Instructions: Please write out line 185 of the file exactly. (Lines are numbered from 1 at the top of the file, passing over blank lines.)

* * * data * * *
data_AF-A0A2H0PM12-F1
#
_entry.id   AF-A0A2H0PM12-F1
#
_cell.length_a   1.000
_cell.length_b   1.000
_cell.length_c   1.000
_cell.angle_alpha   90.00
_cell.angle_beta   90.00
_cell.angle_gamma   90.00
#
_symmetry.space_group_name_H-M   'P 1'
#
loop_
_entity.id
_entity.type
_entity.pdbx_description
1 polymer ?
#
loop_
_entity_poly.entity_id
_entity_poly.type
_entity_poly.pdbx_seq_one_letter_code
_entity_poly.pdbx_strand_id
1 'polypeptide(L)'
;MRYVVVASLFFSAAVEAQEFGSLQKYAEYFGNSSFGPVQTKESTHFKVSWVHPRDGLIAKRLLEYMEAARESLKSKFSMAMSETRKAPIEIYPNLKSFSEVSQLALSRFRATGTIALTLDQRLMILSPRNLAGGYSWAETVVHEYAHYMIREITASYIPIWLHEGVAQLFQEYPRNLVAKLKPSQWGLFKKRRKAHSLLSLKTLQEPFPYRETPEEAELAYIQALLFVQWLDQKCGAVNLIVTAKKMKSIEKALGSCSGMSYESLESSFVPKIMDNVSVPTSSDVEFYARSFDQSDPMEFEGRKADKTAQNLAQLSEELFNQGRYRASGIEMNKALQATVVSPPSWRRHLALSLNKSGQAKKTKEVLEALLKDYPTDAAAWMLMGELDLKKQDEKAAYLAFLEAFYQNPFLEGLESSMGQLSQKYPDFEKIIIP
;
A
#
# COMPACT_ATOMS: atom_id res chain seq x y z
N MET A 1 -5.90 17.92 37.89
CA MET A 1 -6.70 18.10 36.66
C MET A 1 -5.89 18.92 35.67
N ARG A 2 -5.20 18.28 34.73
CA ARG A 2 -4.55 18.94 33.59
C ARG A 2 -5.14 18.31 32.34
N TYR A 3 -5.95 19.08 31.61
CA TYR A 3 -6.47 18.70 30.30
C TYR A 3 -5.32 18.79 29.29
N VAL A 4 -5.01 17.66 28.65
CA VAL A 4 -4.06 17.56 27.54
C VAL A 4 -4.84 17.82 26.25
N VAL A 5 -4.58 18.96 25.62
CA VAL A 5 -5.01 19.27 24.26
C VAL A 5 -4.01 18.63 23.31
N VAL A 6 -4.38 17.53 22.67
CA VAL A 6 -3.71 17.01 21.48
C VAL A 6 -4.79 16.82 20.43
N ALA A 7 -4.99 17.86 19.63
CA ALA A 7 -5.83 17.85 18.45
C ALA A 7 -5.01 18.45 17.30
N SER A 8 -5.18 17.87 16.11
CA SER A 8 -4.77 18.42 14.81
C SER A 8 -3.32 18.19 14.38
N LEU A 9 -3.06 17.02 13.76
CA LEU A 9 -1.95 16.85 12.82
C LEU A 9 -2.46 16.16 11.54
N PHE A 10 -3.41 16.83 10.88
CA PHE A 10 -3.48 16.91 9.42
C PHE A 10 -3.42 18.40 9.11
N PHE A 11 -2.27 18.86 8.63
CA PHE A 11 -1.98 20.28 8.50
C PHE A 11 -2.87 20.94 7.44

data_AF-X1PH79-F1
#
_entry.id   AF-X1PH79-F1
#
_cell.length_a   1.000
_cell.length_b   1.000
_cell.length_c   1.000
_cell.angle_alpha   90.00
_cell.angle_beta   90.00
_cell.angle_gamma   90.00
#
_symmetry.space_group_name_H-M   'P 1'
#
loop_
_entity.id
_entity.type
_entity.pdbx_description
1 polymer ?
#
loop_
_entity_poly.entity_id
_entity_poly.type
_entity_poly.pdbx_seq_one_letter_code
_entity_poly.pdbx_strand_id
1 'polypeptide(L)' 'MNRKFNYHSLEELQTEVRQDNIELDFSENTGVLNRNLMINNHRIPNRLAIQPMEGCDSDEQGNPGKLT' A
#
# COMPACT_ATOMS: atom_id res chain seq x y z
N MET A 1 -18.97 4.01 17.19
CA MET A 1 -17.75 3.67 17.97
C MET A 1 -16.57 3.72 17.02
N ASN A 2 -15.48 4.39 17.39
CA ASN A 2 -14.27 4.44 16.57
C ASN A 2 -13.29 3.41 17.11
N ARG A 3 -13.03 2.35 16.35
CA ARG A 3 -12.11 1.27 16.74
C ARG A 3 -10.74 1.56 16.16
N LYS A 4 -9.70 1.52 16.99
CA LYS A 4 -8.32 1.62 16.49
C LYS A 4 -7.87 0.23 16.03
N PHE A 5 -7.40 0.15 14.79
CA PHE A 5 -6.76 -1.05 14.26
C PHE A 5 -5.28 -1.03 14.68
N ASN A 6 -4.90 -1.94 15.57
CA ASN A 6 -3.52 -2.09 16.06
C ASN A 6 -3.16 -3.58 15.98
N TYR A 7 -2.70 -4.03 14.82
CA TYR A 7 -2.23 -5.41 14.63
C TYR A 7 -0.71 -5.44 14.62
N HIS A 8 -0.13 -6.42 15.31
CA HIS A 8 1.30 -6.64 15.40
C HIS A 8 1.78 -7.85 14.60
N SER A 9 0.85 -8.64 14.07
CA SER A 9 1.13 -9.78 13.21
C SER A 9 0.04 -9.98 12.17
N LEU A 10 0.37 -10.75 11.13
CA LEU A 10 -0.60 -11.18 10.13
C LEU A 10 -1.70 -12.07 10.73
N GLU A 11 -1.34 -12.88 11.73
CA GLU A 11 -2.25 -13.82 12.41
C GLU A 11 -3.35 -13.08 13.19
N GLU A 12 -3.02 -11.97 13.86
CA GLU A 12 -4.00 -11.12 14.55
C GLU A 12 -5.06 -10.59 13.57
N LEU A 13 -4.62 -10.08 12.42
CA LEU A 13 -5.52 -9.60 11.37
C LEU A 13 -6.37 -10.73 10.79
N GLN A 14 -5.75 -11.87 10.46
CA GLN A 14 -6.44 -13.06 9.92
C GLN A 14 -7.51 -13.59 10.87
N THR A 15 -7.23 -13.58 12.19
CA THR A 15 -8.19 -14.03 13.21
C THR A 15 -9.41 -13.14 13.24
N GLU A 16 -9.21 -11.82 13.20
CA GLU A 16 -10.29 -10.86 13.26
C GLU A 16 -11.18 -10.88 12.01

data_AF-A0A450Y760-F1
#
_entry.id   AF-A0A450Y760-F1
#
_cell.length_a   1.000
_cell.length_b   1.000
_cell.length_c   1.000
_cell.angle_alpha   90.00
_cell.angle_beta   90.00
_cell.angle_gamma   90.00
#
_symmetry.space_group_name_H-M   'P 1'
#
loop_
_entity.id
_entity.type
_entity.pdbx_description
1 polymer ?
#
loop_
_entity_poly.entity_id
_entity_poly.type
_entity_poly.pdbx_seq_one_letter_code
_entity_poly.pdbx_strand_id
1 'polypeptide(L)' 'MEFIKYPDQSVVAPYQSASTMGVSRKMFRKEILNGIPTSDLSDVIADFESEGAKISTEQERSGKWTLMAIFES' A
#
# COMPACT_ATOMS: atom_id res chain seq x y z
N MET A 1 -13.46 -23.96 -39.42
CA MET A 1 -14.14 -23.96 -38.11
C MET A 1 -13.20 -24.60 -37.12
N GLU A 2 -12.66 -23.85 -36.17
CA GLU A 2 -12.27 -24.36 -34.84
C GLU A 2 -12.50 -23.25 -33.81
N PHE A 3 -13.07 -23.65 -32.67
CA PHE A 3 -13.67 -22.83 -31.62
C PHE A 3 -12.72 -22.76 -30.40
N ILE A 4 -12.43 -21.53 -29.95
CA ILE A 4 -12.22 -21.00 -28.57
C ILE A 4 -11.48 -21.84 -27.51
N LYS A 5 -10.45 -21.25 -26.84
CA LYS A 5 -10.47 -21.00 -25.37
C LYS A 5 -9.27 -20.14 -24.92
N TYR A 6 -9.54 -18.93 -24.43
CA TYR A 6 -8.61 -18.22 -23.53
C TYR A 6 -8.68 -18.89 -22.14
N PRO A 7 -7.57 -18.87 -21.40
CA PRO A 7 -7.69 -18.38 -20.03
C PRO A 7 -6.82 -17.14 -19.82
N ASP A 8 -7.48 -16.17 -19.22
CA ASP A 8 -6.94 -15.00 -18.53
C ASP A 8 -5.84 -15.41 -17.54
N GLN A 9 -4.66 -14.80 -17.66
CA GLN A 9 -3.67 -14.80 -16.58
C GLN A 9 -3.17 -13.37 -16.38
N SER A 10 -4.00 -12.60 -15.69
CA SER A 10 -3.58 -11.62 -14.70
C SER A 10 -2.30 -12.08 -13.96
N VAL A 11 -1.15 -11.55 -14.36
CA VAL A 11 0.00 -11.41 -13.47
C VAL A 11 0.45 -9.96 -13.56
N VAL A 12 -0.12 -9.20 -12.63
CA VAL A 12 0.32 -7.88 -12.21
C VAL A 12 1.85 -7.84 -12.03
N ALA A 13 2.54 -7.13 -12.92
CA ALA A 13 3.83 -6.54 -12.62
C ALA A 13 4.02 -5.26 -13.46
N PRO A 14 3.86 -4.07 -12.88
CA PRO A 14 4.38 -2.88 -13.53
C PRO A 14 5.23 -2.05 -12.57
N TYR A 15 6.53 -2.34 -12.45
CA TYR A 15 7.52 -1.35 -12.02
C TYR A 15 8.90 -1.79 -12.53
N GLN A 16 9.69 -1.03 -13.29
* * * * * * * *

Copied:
CA PRO A 7 -7.69 -18.38 -20.03